Traditional query rewrite focuses on attribute columns, such as reporting date 100, Westchester electricity usage 102, and NYC electricity usage 104. However, through the analysis of attribute value distributions, it may be discovered that the total electricity usage is above 3000 MW only when the outdoor temperature is above 90° F. The temperature attribute, which is not specified in the original query, is auxiliary, but can significantly reduce query processing time by adding an additional predicate to the query. It would thus be beneficial to include the temperature predicate at the query rewrite phase. However, traditional query rewrite strategies have not included predicates on auxiliary attributes as proposed by principles of the invention.

The query rewrite methodology proposed in the present invention includes two passes. The first pass discovers attributes that have a high selectivity from an analysis of query results from sampled data. The second pass selects top-ranked auxiliary attributes and appends new predicates relating to the selected attributes to the original query for improved query efficiency.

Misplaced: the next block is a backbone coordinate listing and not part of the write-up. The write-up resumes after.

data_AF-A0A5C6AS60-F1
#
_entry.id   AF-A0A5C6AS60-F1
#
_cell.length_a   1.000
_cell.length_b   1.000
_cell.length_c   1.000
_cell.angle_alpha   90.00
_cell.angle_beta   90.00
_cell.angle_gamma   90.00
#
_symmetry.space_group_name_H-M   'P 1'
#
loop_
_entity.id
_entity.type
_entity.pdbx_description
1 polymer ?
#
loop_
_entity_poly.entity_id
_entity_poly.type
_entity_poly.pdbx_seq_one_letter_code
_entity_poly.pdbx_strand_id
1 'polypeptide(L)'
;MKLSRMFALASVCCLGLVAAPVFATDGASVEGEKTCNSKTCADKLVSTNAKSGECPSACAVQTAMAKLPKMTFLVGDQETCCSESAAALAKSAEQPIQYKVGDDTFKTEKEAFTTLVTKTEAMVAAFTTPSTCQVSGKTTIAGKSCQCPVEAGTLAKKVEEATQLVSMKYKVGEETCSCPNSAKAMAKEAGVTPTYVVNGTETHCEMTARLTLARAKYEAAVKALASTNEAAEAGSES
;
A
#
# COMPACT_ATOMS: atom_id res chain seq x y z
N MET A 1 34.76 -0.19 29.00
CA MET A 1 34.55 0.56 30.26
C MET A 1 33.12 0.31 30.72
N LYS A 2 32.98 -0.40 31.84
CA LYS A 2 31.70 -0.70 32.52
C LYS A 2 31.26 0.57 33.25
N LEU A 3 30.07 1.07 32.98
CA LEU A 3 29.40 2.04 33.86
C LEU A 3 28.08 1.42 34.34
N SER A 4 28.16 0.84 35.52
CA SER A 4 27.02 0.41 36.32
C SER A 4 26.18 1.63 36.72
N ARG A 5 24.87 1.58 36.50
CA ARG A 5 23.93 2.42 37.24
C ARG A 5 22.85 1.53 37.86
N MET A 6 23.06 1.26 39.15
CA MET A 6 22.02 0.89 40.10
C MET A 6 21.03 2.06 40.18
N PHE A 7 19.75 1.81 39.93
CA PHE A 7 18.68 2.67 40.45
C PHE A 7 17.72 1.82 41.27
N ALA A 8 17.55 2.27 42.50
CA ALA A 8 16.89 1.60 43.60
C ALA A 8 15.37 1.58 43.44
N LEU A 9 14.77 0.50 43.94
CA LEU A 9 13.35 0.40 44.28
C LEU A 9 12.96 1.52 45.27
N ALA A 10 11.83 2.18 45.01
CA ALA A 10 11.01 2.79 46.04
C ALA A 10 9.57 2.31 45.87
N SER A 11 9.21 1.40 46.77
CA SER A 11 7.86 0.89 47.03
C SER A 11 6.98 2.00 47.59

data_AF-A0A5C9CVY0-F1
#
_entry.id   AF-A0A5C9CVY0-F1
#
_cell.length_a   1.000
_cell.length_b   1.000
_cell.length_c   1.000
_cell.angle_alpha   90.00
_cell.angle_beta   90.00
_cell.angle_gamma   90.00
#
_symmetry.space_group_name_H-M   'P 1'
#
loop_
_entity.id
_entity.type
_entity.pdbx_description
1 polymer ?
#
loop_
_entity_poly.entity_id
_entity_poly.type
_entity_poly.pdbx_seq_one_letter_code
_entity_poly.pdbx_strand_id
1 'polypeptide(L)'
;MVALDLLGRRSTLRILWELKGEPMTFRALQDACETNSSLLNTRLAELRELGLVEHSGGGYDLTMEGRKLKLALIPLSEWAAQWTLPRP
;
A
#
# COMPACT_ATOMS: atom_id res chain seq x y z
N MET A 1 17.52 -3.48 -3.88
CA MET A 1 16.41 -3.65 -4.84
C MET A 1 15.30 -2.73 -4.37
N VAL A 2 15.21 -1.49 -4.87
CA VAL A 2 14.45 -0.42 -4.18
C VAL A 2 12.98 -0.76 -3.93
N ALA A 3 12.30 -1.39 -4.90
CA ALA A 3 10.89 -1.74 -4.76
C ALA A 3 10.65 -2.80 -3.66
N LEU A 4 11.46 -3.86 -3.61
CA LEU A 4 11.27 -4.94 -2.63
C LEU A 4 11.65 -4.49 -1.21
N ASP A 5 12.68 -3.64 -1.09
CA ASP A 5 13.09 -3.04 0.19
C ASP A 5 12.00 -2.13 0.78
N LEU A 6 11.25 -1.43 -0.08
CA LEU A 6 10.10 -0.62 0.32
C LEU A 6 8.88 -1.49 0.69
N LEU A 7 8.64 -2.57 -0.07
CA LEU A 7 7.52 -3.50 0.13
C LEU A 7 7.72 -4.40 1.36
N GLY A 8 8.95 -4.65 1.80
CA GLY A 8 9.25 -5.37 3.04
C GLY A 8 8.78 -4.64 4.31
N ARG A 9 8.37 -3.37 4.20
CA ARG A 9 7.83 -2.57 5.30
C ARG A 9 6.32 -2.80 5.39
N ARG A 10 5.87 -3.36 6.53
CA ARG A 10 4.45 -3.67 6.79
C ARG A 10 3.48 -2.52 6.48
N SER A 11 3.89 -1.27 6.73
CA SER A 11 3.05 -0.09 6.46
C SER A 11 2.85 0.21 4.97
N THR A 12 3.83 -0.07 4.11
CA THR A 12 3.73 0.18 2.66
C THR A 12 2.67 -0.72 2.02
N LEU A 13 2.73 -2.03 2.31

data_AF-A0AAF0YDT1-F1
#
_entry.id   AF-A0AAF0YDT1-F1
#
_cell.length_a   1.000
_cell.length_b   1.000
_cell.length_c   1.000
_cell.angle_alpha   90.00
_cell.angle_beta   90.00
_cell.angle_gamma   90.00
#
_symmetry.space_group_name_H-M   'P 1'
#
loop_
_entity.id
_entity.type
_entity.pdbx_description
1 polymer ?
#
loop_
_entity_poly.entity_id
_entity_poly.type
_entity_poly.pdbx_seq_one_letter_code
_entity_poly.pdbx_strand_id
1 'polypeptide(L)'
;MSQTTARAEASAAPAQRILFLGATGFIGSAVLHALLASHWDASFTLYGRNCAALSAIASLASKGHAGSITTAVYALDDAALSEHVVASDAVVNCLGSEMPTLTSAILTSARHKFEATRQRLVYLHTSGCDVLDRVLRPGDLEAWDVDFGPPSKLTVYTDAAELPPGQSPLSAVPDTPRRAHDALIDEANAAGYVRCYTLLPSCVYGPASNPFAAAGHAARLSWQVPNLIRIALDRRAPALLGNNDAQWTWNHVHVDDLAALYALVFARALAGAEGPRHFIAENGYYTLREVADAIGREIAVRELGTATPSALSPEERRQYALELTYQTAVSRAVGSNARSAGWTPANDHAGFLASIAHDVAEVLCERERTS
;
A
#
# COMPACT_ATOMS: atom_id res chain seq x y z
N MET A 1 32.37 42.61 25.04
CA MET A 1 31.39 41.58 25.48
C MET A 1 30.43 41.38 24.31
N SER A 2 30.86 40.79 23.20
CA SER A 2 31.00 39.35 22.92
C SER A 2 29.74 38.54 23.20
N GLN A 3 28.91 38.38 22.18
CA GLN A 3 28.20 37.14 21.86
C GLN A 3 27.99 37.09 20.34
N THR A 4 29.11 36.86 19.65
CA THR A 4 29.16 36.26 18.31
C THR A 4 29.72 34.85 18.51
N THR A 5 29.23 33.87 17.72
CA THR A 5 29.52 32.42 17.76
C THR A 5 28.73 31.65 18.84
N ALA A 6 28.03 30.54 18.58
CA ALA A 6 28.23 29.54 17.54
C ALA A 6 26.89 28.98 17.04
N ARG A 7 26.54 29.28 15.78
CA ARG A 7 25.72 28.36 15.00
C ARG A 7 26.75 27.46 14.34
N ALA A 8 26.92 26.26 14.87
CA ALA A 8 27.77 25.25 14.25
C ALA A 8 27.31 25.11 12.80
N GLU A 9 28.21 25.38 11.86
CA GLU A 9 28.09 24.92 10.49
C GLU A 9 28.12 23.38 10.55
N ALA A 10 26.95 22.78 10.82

Referring now to FIG. 2, a flow diagram illustrates a first pass query execution methodology, according to an embodiment of the present invention. The methodology begins by inputting a user query 200. A traditional, unmodified query processing operation is first used to execute user query 200 on sampled data 204 from a dataset in step 202. Results of user query 200 are returned as selected data records 206. Statistics for each attribute value of selected data records 206 are extracted in step 208. Separately, statistics for identical attributes are collected and extracted from sampled data 204 in step 210. The sets of statistics from steps 208 and 210, are evaluated in step 212. This evaluation is described in further detail in FIG. 4.

In accordance with principles of the invention, for numerical attributes, typical statistics extracted in steps 208 and 210 may include a maximum, a minimum, a median, an average, and a standard deviation. For categorical attributes, the extracted statistics in steps 208 and 210 may include the number of distinct values and the aggregated counts for each value. Higher order statistics involving joint statistics of two or more attributes can also be extracted. In this embodiment, the present invention applies the maximum and minimum values of numerical attributes but its scope is not limited to the aforementioned statistics.